You had so many plans for her! Of course you did, how could you not? Our pain today is that those plans are now mementos. There are so many things that will not happen.
She will never know how really cruel humans can be. She will never know the pain of sustained hunger, nor will she ever experience poverty of body, mind or spirit. She will never grow old and infirm. She lived among for just shy one cycle of the sun round this globe and has reached union with Christ before the age of one. Lucy was vivacious, already the apple of many an eye. Lucy was graced with beauty, a keen mind, a happy spirit. She was endowed with most every gift, save one: TIME.
Let me be as clear as I can beloved. This was not God’s will, not his intention. God created all things with degrees of freedom. Things fall down but not up. It doesn’t matter how many friends you have on Facebook (5000 is the max. I believe), whether you tweet, twit or twitter with millions hanging on every word and your opinions go viral on YouTube; Even endowed with all gifts so than you can move mountains, should you stumble off the roof a feather bed will not appear between you and the ground just because people like you (or not). Something did not function properly within its degrees of freedom last Saturday morning. We are left powerless in its wake. Likely nothing would have changed the trajectory, although, you will question yourself for evermore.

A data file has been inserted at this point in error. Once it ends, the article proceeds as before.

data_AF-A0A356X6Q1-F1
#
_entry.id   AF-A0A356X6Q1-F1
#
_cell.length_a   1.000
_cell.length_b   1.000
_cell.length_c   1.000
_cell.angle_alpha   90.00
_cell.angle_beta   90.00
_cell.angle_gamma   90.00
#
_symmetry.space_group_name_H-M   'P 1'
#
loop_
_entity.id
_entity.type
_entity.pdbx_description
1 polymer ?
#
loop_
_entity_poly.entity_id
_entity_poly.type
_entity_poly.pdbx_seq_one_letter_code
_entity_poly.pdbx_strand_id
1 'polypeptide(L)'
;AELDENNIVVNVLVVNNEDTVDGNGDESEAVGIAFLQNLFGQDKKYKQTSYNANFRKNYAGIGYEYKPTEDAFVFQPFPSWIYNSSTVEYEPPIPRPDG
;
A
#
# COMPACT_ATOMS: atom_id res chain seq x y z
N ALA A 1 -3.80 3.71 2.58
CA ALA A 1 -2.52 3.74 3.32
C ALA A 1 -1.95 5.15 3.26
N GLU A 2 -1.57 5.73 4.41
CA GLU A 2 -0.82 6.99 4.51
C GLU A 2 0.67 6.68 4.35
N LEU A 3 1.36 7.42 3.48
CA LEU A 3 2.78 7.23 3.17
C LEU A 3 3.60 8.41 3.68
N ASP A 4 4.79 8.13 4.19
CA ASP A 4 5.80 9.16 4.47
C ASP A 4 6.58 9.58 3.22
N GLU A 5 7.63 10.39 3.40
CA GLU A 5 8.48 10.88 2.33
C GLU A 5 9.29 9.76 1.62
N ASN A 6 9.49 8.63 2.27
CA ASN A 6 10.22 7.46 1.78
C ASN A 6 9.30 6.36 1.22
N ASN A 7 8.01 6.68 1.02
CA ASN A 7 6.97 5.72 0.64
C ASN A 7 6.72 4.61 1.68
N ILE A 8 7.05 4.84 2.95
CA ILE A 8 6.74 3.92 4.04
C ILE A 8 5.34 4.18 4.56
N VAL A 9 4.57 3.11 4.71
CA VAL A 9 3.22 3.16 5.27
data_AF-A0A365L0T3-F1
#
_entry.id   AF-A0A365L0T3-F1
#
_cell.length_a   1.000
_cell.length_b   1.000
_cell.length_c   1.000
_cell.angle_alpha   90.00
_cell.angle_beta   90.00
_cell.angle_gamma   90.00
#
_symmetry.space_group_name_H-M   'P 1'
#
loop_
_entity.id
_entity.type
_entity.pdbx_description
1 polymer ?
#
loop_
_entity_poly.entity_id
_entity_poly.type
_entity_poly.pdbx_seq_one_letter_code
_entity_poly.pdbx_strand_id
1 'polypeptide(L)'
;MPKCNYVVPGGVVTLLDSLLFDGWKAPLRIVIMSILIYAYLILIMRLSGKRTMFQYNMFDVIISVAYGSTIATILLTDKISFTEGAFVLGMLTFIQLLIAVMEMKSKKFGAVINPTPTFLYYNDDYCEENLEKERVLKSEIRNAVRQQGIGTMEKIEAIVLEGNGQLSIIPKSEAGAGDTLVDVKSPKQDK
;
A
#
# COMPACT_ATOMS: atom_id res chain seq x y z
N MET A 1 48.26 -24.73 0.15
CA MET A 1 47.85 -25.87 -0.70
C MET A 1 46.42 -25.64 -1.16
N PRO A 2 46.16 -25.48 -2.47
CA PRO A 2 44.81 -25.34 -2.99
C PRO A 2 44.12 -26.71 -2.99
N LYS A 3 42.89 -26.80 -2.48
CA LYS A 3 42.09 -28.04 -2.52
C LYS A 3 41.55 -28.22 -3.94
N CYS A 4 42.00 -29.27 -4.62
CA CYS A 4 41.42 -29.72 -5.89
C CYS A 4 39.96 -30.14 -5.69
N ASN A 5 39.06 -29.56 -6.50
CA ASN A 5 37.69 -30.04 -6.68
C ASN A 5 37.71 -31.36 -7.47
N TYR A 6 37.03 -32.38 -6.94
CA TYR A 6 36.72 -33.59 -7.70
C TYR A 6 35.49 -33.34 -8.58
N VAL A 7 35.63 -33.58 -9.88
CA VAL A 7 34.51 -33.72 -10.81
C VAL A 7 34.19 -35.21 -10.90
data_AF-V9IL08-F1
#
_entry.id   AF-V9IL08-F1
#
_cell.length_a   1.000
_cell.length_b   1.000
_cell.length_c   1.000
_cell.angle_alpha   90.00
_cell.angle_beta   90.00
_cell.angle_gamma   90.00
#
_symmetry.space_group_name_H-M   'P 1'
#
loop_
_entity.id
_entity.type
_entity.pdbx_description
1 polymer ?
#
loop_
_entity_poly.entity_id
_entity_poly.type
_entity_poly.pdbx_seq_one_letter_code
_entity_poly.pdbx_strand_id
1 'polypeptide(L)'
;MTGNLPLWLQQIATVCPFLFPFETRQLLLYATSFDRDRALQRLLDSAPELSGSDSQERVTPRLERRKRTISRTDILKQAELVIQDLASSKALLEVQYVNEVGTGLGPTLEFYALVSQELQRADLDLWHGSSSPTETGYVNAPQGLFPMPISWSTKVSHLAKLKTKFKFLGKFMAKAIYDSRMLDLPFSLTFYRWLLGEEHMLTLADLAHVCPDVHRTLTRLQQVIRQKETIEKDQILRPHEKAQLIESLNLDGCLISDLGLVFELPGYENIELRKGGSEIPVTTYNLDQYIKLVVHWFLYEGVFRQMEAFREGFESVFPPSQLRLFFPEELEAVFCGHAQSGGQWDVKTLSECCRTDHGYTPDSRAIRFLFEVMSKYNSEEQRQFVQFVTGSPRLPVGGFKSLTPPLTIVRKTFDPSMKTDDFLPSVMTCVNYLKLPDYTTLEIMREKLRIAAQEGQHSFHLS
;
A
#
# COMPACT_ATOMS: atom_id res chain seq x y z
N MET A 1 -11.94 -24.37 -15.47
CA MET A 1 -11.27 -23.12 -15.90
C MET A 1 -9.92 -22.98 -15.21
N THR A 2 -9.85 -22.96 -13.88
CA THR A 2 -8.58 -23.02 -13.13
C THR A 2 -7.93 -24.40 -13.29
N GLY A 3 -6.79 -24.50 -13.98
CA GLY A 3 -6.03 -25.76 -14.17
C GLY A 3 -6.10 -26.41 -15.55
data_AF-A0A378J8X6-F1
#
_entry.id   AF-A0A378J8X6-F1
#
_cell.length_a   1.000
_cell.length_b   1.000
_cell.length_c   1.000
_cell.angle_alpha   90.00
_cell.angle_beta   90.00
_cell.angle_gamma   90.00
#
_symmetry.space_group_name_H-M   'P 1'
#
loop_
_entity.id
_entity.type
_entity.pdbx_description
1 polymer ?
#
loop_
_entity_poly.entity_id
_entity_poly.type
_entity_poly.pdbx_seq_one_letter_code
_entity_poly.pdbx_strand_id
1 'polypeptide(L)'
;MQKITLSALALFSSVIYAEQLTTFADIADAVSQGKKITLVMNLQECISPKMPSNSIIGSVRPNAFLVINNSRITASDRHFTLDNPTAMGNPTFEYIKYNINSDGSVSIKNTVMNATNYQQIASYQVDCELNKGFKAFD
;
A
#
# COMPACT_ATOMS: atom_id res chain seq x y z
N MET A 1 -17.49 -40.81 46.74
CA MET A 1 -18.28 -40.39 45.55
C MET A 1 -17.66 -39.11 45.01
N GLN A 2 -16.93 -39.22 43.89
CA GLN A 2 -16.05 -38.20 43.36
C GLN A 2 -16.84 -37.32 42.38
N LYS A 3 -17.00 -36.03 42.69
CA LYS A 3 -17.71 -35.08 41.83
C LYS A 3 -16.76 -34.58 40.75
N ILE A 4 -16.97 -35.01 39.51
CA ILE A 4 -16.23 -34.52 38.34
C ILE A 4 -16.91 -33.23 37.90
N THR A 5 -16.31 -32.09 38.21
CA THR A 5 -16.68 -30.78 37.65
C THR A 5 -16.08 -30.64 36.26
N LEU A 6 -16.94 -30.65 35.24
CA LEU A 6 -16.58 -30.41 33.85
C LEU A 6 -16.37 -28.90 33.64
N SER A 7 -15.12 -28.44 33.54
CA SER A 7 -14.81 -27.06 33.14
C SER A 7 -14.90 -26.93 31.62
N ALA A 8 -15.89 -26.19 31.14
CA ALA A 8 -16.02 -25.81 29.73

Here we are at a place of choosing. We can choose helplessness or guilt. Please hear me here? The truth is that most of us would rather feel guilty than helpless. Last Saturday morning, you and soon the rest of us met the limits of human power. Immediately, we turned toward guilt, “If I had done this or that? I arrived at a home once on a similar mission, only to have a person confess to me, “You know John, we didn’t get to Easter Sunday this year.” I assured them that God was not taking attendance. Because, were that true the Churches would be filled every Sunday, including Easter Day. This did not happen because Judson has red hair. I promise. I had red hair myself once. It’s not true. If we turn in the driveway of guilt we will torment ourselves and those around us from now on.
No, today let us embrace the truth, we were powerless to keep this from happening. We have no defense in our helplessness. Just sit with that. Grieve that. In addition, this was not God’s will.
God didn’t plan it and is just as sad about it as we are because the Holy One’s heart breaks when ours break. What I can tell you is that Lucy is with Him and in eternity outside time and space she is all that God had in mind when he created her.
Let us go back though and see just what it was we did last November? Let us examine the implications of baptism for Lucy last Saturday and for us today.
For Christians there are two kinds of death: terminal death and Paschal (Easter death). In his Second Letter to the Christians in Corinth, Saint Paul reminds them and us to NOT LOSE HEART.